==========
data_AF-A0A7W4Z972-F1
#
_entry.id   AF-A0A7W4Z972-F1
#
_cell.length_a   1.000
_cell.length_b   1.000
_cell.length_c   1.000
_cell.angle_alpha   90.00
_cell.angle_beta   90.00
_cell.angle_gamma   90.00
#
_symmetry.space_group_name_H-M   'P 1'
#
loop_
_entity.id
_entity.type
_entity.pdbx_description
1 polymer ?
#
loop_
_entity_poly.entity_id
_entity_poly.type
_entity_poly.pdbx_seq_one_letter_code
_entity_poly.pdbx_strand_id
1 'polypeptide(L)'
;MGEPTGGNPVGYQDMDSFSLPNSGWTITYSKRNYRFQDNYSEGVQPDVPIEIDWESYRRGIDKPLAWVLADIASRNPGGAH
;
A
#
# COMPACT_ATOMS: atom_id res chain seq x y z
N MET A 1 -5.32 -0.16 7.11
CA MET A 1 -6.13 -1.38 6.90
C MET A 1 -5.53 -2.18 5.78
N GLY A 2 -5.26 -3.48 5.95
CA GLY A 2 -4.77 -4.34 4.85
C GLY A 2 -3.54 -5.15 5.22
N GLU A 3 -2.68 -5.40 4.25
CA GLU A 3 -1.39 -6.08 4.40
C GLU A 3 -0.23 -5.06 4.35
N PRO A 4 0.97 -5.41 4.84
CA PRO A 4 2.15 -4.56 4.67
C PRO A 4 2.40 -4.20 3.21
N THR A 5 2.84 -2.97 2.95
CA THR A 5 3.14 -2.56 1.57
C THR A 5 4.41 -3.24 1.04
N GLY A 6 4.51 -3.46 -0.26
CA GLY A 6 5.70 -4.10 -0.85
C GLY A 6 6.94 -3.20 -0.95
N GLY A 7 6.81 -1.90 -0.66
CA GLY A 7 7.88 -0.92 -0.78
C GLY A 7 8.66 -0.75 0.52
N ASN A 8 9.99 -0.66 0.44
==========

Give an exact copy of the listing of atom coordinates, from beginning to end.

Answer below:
data_AF-A0A7W4Z972-F1
#
_entry.id   AF-A0A7W4Z972-F1
#
_cell.length_a   1.000
_cell.length_b   1.000
_cell.length_c   1.000
_cell.angle_alpha   90.00
_cell.angle_beta   90.00
_cell.angle_gamma   90.00
#
_symmetry.space_group_name_H-M   'P 1'
#
loop_
_entity.id
_entity.type
_entity.pdbx_description
1 polymer ?
#
loop_
_entity_poly.entity_id
_entity_poly.type
_entity_poly.pdbx_seq_one_letter_code
_entity_poly.pdbx_strand_id
1 'polypeptide(L)'
;MGEPTGGNPVGYQDMDSFSLPNSGWTITYSKRNYRFQDNYSEGVQPDVPIEIDWESYRRGIDKPLAWVLADIASRNPGGAH
;
A
#
# COMPACT_ATOMS: atom_id res chain seq x y z
N MET A 1 -5.32 -0.16 7.11
CA MET A 1 -6.13 -1.38 6.90
C MET A 1 -5.53 -2.18 5.78
N GLY A 2 -5.26 -3.48 5.95
CA GLY A 2 -4.77 -4.34 4.85
C GLY A 2 -3.54 -5.15 5.22
N GLU A 3 -2.68 -5.40 4.25
CA GLU A 3 -1.39 -6.08 4.40
C GLU A 3 -0.23 -5.06 4.35
N PRO A 4 0.97 -5.41 4.84
CA PRO A 4 2.15 -4.56 4.67
C PRO A 4 2.40 -4.20 3.21
N THR A 5 2.84 -2.97 2.95
CA THR A 5 3.14 -2.56 1.57
C THR A 5 4.41 -3.24 1.04
N GLY A 6 4.51 -3.46 -0.26
CA GLY A 6 5.70 -4.10 -0.85
C GLY A 6 6.94 -3.20 -0.95
N GLY A 7 6.81 -1.90 -0.66
CA GLY A 7 7.88 -0.92 -0.78
C GLY A 7 8.66 -0.75 0.52
N ASN A 8 9.99 -0.66 0.44